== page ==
July 15, 2014
WYTHEVILLE, Virginia (AP) — Crews are working to get a Louisville-to-Norfolk freight train back on track after 14 rail cars derailed in southwest Virginia.
Local officials in Wythe County said there were no injuries or property damage and the state Department of Environmental Quality reported no evidence of any spills from the Norfolk Southern derailment Monday night.
The cause of the derailment was being investigated.
The three-engine, 33-car train was en route from Louisville to the Port of Virginia with cargo primarily destined for export.
Norfolk Southern spokesman Robin Chapman said 12 of the derailed cars were auto carriers while two were double-stack container cars. He could not immediately say what the container cars were hauling.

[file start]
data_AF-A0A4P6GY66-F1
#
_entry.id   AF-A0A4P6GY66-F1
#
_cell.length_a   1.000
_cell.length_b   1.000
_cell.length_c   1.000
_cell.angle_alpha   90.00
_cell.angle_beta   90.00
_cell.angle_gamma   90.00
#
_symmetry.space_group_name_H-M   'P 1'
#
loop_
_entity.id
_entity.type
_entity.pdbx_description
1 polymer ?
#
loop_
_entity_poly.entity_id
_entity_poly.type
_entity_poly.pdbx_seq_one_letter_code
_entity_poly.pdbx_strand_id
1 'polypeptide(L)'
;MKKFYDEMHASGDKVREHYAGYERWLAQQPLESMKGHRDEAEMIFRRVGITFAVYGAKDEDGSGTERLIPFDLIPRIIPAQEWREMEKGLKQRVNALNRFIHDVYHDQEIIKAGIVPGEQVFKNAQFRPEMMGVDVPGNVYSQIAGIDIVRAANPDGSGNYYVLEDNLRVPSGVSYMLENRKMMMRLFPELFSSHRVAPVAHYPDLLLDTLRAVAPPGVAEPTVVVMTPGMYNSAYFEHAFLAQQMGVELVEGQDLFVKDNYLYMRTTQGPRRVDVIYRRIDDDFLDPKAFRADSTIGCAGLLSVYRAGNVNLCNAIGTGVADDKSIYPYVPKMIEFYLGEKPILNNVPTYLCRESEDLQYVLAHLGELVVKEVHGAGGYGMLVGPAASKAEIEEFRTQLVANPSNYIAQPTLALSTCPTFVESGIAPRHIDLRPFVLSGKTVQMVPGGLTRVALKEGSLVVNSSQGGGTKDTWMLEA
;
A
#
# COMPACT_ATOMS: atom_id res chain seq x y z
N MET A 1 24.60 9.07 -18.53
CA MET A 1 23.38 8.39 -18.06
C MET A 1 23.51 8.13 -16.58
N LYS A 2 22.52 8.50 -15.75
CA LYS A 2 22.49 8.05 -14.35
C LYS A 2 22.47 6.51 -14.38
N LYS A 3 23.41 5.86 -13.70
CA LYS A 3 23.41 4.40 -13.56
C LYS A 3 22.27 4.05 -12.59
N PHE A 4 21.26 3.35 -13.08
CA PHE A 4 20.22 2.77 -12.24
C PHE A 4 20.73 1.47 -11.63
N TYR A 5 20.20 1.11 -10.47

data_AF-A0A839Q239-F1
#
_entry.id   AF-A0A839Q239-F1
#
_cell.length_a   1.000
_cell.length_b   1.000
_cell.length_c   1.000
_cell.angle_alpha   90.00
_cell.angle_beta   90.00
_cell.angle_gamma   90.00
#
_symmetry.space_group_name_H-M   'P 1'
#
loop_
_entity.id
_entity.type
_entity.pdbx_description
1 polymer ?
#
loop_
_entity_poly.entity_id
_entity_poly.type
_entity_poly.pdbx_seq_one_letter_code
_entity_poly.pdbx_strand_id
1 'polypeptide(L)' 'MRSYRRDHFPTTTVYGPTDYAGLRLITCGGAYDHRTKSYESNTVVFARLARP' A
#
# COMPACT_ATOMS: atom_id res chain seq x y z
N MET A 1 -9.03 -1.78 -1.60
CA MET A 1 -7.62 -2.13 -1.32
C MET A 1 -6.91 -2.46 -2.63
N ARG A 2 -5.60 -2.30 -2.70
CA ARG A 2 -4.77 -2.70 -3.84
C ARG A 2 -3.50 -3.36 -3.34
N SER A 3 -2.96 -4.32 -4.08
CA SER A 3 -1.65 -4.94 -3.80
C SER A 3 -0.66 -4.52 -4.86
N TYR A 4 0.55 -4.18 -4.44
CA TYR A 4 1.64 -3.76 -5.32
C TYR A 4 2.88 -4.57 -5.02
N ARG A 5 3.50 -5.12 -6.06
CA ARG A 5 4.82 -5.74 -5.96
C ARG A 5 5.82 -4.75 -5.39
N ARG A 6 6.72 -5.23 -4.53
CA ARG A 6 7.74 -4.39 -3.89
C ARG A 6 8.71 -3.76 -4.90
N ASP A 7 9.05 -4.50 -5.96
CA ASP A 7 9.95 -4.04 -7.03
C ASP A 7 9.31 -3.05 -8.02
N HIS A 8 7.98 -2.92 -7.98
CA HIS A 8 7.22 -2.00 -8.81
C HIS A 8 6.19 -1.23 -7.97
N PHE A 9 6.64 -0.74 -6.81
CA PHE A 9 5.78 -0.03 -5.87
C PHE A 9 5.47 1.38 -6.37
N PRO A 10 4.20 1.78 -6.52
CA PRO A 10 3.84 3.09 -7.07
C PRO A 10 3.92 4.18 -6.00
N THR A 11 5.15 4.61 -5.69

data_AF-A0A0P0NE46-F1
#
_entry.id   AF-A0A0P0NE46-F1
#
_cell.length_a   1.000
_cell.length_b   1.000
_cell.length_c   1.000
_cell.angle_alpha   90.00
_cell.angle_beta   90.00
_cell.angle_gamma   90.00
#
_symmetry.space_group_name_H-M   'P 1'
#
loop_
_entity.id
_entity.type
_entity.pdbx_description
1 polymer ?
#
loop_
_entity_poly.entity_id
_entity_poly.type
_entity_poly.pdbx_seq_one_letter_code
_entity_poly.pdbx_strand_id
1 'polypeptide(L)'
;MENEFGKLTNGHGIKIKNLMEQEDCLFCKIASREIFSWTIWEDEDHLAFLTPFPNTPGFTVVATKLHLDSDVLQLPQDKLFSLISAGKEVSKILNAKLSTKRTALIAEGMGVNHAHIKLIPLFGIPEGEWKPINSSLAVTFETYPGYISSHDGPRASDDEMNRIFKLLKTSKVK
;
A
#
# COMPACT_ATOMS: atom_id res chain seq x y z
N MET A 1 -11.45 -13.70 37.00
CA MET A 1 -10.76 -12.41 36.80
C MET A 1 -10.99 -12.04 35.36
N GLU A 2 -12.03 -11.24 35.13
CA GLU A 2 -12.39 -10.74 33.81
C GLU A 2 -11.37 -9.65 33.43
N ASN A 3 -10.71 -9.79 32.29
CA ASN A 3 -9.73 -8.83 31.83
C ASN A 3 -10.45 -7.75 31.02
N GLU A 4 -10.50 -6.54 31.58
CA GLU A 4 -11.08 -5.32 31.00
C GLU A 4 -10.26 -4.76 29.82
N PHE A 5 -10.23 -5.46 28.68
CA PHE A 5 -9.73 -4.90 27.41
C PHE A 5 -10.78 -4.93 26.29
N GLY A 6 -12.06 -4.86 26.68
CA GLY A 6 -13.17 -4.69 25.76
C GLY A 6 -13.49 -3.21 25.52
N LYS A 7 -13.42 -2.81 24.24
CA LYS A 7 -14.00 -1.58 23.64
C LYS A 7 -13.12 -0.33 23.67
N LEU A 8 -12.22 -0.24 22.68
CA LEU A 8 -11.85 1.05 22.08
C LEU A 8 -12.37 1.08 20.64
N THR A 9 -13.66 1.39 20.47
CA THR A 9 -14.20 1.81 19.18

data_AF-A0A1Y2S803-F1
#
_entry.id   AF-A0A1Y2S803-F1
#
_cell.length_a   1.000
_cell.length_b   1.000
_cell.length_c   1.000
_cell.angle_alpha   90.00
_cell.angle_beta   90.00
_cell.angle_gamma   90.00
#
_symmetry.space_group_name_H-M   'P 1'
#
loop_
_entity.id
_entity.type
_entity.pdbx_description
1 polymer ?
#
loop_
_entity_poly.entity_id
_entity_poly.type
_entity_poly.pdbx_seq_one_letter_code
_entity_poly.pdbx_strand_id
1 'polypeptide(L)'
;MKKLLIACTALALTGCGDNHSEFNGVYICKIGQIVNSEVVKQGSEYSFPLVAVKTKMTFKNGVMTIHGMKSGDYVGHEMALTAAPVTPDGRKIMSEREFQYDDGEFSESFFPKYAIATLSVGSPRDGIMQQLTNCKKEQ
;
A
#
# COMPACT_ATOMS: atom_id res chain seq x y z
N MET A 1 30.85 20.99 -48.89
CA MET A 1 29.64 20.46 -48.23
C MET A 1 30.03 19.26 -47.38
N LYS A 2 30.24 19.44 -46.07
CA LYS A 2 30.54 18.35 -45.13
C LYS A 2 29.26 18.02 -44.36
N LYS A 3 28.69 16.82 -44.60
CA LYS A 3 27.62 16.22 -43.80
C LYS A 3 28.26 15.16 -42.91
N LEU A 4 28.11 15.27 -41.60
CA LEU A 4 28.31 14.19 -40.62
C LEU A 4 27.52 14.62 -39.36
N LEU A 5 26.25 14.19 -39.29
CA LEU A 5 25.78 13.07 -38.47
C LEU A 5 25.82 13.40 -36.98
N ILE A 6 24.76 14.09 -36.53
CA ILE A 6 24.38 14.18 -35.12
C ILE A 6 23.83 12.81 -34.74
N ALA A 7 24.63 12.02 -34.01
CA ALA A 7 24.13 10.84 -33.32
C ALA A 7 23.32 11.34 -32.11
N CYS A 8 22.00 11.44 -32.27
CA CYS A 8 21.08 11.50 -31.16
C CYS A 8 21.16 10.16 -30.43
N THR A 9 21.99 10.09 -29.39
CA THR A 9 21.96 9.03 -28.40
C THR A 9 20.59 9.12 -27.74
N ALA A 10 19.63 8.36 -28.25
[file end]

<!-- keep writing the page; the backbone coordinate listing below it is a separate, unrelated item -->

Officials at the scene concluded the cargo was fingernail polish, which is classified as a low-level hazard, Wythe County spokesman Jeremy T.K. Farley said.
DEQ staff was on the scene and found "no evidence of any spills, or any impacts to people's health or environment," spokesman William Haden wrote in an email.
Chapman said Norfolk South crews and contractors were attempting to repair the rail to get the train back on track to Norfolk before salvaging the derailed cars. The line sees about 12 trains a day.
"Right now we are holding traffic until it's repaired," he said.
Farley said the derailment runs parallel with a street that includes businesses and houses in Wythe. He said there was no apparent damage to any structures, but he said it was causing some disruptions in the town of about 30,000.
"Our main concern is making sure the public and environment is in no danger and we think that is the case," Farley said.
The National Transportation Safety Board did not immediately return a message from The Associated Press.